Seasonal Affective Disorder (S.A.D.) - PDF Document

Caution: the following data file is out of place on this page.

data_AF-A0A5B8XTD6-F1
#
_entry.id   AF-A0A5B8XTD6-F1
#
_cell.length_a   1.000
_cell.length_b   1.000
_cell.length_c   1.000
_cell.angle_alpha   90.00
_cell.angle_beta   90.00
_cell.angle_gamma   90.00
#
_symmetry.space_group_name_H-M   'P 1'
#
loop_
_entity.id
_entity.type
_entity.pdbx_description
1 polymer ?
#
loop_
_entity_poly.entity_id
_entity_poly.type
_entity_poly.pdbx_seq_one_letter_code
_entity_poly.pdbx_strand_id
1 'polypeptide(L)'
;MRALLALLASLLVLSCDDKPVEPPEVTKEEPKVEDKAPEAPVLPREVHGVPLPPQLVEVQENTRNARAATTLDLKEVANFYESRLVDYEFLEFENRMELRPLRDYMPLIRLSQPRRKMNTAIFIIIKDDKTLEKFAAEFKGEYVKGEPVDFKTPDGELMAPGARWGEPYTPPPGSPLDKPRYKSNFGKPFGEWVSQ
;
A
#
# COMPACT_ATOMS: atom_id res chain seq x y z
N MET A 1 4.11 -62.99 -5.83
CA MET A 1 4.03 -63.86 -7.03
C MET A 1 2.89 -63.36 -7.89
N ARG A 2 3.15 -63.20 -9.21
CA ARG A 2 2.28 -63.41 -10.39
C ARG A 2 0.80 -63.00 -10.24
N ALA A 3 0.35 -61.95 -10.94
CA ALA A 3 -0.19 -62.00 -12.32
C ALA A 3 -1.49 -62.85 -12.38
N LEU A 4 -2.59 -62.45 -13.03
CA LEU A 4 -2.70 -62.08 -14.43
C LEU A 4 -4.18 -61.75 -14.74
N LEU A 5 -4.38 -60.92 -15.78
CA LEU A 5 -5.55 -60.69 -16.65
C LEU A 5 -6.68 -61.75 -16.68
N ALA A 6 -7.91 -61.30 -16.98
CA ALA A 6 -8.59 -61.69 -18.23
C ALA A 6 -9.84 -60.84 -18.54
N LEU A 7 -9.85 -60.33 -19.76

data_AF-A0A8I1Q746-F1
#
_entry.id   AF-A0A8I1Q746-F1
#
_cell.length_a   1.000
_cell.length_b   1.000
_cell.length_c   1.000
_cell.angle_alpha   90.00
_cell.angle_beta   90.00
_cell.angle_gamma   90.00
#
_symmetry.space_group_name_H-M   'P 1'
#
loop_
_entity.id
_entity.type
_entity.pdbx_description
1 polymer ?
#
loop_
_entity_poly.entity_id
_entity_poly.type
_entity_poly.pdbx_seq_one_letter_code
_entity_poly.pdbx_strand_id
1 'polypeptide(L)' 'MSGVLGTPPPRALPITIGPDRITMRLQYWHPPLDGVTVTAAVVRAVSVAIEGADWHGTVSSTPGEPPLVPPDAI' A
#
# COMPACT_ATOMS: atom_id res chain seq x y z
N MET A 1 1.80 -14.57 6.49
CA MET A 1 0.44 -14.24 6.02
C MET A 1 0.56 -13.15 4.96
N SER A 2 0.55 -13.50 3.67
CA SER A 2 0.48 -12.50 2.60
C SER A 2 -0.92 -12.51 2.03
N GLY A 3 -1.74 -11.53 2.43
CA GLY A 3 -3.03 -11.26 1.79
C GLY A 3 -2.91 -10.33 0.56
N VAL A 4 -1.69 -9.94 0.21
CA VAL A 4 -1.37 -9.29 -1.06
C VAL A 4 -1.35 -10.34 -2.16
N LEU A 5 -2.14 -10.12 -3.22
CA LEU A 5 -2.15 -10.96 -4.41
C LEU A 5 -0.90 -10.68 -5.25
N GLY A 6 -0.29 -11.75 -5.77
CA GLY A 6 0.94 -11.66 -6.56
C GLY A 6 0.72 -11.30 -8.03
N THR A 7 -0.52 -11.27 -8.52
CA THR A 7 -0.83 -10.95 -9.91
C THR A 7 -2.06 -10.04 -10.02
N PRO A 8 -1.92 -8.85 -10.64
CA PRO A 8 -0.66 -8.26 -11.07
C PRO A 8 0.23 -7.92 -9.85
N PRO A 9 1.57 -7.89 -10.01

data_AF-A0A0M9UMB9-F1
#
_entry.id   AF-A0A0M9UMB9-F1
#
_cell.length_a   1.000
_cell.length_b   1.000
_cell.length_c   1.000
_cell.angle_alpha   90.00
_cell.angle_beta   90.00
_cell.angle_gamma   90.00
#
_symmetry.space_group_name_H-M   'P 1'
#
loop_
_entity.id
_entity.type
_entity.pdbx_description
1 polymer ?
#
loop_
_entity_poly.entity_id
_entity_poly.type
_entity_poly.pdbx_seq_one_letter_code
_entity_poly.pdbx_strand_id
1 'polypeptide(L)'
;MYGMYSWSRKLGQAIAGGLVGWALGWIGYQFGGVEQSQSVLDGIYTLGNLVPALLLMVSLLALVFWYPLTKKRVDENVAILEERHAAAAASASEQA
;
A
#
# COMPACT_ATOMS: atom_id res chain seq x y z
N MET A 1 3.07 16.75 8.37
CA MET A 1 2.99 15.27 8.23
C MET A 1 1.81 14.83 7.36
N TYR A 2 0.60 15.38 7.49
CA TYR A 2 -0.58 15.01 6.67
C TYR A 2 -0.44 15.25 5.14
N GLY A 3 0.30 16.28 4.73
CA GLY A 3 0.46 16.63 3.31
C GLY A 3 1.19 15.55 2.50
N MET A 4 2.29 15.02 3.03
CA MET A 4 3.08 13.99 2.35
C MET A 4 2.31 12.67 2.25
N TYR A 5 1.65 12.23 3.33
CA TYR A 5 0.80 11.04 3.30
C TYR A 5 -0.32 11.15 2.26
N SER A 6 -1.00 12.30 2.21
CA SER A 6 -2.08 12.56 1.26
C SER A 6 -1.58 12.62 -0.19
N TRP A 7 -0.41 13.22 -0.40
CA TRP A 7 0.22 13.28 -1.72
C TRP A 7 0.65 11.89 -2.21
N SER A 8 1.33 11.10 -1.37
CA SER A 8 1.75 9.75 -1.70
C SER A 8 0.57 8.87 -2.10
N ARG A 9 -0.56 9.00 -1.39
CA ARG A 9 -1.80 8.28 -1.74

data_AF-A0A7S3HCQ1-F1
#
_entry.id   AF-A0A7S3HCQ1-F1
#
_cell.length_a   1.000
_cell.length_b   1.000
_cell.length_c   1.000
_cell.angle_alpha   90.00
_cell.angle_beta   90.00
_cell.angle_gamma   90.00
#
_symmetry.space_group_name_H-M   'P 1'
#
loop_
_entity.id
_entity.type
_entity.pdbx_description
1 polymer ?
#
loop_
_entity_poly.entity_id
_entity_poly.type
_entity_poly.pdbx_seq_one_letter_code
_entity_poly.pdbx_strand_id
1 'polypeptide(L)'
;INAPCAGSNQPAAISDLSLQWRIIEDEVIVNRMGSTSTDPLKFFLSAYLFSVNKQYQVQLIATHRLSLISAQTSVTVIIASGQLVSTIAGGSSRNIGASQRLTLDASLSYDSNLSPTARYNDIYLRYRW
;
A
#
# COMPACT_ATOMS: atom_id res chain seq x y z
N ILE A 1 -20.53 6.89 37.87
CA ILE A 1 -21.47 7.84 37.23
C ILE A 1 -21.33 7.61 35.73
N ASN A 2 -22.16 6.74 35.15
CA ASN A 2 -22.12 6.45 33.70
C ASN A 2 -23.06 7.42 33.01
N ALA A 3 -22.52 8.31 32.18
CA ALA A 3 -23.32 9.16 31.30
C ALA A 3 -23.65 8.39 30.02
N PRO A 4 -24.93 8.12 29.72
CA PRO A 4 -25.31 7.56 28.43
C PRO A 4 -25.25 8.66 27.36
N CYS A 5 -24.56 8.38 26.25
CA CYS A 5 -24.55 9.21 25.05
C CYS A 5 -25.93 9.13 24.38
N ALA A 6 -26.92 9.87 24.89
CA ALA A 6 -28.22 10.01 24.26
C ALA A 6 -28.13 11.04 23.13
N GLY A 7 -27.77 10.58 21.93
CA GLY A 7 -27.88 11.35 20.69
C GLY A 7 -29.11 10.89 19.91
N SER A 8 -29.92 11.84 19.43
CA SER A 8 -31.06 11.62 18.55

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  1. M D A O | Quick Facts Seasonal Affective Disorder (S.A.D.) insomnia. Insomnia usually occurs if the treatment is taken too late in the day. Seasonal Affective Disorder (S.A.D.) is a type of clinical depression which follows a seasonal pattern. Typical onset is in early winter with improvement in spring or early summer. People should avoid self-diagnosis. There may be existing medical conditions that interfere with light treatment. Consult your doctor if you suffer from eye problems or if you are taking medication with photosensitivity as a side effect. What are the common symptoms of S.A.D.? • Oversleeping (often an increase of 2-4 hours or more each day • Lethargy (low energy) • Intense craving for carbohydrates • Weight gain • Withdrawal from social contacts • Depressed mood Recommended reading • Canadian Consensus Guidelines For The Treatment of Seasonal Affective Disorder, edited by Lam, Raymond W. and Levitt, Anthony J., Clinical and Academic Publishing, 1999. • Don’t be SAD, Your guide to conquering Seasonal Affective Disorder. Peters, Celeste A., Script Publishing Inc., 1994. • Winter Blues. Rosenthal, Norman E., The Guilford Press, 1998. What is light therapy? Light therapy involves exposure to bright light under specific conditions. The light can be delivered through special lights or a light visor. Daily treatment sessions usually last from fifteen minutes to half an hour. Because light therapy may potentially damage the eye, it is best to purchase approved light therapy units. Recommended websites • University of British Columbia S.A.D. information page • Internet Mental Health: Seasonal Affective Disorder • The society for light treatment and biological rhythms Is light therapy effective? Are there any side effects? Light therapy has been found to have an anti-depressant effect in 70% of people with S.A.D. Most people find relief of their symptoms within two weeks of beginning light therapy. A few mild side effects have been reported. These include but are not limited to, eyestrain, headaches, irritability, and The Mood Disorders Association of Ontario provides support, information and education as a complement to traditional and alternative therapies. MDAO services are not intended as a replacement for other treatment options and encourages individuals to seek treatment by a qualified health professional. Mood Disorders Association of Ontario (MDAO) 36 Eglinton Avenue West, Suite 602, Toronto, Ontario M4R 1A1 Telephone: 416.486.8046 Toll-free: 1.888.486.8236 Fax: 416.486.8127 E-mail: Website: